We certainly have delighted in the expansion of our definition of family. Our most special sense of family is that which we share as a family of faith through our shared belief in Jesus Christ. We look forward to the ways in which we see our spiritual family relationships continue to grow in this coming year.

Meanwhile, our work as students continues. Our language studies are going very well and we anticipate having a strong foundation in Swahili after our final 4 weeks. It will help us as we continue to connect with our Kenyan “familia.”

More Random Observations:

*It was difficult to remember the word for dog in Swahili: “mbwa” – I think, because it had too many consonants in a row. Our Kenyan Field Director, Jim Vanderhoof, helped us to remember “mbwa” as we think of some “big dog bosses,” who Manage By Walking Around…MBWA!

*Some Swahili sentences can either be a statement or a question depending upon your intonation. We were also advised of one sentence whose meaning changes by whether or not you have a smile on your face: “I am totally satisfied with this job.” Or “I’m fed up with this job.” Such subtleties in language will keep us humble and on our toes.

*Learning Swahili has involved learning about culture as well as language per se. We from USA have been indoctrinated since childhood to always say “Please” and “Thank you.” We now must relearn that saying “please” in Swahili (“tafadhali”) often connotes that you are begging. Also, saying “thank you” usually is not expected here in Kenya.

*Before coming to Kenya we were asked what food we would miss the most and we consistently mentioned that we would miss lettuce salads. We have been delighted to find a safe, local source for leaf lettuce.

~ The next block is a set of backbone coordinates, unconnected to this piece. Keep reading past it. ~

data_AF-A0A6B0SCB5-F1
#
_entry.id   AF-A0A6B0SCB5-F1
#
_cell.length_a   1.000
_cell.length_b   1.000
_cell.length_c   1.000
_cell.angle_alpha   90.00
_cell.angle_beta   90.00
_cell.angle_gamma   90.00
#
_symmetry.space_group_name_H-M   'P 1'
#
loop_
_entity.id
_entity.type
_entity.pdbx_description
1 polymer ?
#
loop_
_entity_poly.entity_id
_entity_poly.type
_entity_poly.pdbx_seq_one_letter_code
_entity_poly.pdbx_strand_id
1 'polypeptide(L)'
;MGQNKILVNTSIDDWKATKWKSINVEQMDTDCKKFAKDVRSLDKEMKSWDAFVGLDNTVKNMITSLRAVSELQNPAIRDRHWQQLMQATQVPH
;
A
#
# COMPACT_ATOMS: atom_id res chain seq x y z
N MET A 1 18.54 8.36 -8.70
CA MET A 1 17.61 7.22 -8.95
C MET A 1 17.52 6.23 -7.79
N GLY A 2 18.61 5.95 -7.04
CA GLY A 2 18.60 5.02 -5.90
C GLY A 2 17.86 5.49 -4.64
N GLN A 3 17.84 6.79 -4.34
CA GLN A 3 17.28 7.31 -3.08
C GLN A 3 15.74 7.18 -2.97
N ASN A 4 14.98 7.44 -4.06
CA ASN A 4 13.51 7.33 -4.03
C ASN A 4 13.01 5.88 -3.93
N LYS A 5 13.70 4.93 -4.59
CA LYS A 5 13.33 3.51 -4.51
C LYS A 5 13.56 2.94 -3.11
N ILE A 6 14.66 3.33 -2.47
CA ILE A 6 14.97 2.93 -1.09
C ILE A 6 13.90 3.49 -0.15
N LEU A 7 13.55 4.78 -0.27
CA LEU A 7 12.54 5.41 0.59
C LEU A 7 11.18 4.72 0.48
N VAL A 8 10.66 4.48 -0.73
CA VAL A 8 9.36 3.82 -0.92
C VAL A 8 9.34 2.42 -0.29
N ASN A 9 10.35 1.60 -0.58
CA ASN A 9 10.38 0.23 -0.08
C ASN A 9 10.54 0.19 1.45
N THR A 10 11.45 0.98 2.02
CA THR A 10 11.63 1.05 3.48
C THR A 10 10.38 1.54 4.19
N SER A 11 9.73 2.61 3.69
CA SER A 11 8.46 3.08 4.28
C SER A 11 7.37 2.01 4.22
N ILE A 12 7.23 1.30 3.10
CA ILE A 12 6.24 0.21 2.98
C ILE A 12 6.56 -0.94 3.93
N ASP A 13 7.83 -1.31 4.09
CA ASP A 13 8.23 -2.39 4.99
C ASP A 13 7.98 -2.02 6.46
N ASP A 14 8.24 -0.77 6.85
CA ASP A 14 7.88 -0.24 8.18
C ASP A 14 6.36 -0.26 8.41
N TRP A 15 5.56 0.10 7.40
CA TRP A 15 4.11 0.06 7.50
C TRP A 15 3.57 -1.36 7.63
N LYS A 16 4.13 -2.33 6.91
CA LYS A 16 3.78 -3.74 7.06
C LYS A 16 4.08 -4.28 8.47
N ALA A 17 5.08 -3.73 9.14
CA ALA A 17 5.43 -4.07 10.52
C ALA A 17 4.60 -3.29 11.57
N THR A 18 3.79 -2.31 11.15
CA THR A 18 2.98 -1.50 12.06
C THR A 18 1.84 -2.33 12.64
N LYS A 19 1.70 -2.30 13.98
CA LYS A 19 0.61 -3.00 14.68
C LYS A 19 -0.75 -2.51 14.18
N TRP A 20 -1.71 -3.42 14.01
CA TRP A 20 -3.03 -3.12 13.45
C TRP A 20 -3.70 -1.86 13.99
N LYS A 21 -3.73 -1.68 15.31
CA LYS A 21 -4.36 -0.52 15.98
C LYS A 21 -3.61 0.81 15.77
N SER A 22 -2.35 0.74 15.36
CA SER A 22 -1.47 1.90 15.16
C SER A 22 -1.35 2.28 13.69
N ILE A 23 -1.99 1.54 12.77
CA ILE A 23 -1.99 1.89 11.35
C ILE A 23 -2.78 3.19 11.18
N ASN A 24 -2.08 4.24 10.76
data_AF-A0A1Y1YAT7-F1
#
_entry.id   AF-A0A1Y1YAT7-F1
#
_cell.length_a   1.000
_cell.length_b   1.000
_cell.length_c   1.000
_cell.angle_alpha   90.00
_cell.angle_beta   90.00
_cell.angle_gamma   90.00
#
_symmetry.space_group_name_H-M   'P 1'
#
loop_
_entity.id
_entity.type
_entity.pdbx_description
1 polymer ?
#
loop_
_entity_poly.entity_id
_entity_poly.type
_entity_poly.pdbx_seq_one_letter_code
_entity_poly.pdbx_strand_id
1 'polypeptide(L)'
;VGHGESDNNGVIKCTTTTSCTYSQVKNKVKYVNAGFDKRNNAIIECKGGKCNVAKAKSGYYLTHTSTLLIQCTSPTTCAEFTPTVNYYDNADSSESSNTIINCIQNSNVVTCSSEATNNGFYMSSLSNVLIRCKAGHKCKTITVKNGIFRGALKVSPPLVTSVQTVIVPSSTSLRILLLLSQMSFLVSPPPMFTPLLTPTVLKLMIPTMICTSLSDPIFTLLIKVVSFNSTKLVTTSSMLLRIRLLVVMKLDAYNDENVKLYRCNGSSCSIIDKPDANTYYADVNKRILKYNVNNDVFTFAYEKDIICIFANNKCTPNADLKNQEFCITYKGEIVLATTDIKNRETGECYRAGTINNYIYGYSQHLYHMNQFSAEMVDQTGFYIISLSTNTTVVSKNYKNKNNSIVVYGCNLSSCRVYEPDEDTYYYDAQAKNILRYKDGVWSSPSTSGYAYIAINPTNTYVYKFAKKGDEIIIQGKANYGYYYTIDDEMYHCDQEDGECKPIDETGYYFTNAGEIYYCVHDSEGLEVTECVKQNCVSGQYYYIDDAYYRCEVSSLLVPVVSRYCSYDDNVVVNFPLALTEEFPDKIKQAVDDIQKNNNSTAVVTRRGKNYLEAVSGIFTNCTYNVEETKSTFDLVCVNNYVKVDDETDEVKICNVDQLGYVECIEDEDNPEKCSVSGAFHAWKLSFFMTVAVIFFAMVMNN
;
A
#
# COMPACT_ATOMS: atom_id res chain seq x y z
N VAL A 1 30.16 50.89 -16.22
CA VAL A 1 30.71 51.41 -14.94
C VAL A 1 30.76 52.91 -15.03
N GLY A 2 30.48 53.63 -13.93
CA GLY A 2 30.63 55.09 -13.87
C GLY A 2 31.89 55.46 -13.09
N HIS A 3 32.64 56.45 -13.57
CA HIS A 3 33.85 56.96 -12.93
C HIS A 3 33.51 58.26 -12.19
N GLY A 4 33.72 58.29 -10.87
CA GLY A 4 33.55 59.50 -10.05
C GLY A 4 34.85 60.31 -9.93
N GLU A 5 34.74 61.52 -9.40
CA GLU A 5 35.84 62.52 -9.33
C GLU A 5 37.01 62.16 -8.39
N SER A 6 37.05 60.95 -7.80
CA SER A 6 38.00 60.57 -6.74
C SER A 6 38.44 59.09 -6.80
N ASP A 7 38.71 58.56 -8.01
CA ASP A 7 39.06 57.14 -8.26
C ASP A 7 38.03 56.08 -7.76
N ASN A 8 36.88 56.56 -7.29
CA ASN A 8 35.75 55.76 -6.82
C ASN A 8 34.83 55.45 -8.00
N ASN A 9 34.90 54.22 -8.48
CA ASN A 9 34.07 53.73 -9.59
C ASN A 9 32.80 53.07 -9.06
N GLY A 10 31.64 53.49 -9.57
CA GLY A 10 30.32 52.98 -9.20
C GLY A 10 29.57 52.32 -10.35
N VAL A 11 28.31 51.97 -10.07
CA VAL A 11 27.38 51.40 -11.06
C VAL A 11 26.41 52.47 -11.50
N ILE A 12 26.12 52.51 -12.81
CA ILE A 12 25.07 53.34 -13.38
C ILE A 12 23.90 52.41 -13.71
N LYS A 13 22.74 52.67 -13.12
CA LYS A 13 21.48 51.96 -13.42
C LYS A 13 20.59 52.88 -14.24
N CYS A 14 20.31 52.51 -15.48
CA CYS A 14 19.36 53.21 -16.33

*It is nice when a sink in Kenya has both hot and cold water, but it seems that we can only be about 50% certain that the hot will be on the left as it is in USA.

*Our special Christmas gift to each other this year was a field guide for birds of East Africa. We have enjoyed a colorful array of birds literally outside our front door.

*Paper mail letters from USA have been getting to us in about 8 to 14 days with 98 cents postage, but packages sent a few weeks ago have yet to arrive. (Some of the delay could be due to the Christmas holidays.) …Thanks so so much for letters from many of you!

Amended Observations:

*We have experienced daily, heavy rains during the past ten days, which have made things very muddy and have damaged some major roadways at least temporarily. The water falling over the dam near our apartment is now roaring loudly.

*Avocadoes are now in season and a large one now costs only 7.5 cents! (It’s a tough job, but somebody’s got to eat them!)

Comments re: photos

We do have several new photos available for viewing via our weblink:

Photos include some from Thanksgiving at Tenwek, local rural homes, family sharing, Turi retreat - Steve’s cotton ball beard!, a Kenyan wedding, UNO in Swahli, Larzarus Funeral Home (rather an oxymoron - see John 11:38-44) and “Polish shoes” (in honor of Alene’s Polish heritage).

Parting words

Steve’s work permit was ready and the paperwork was completed while we were in Nairobi, but Alene’s is temporarily delayed. This is not anticipated to cause us any problems. We appreciate your interest and prayers as we conclude our language study in February and step into our next phase of medical and ministry service.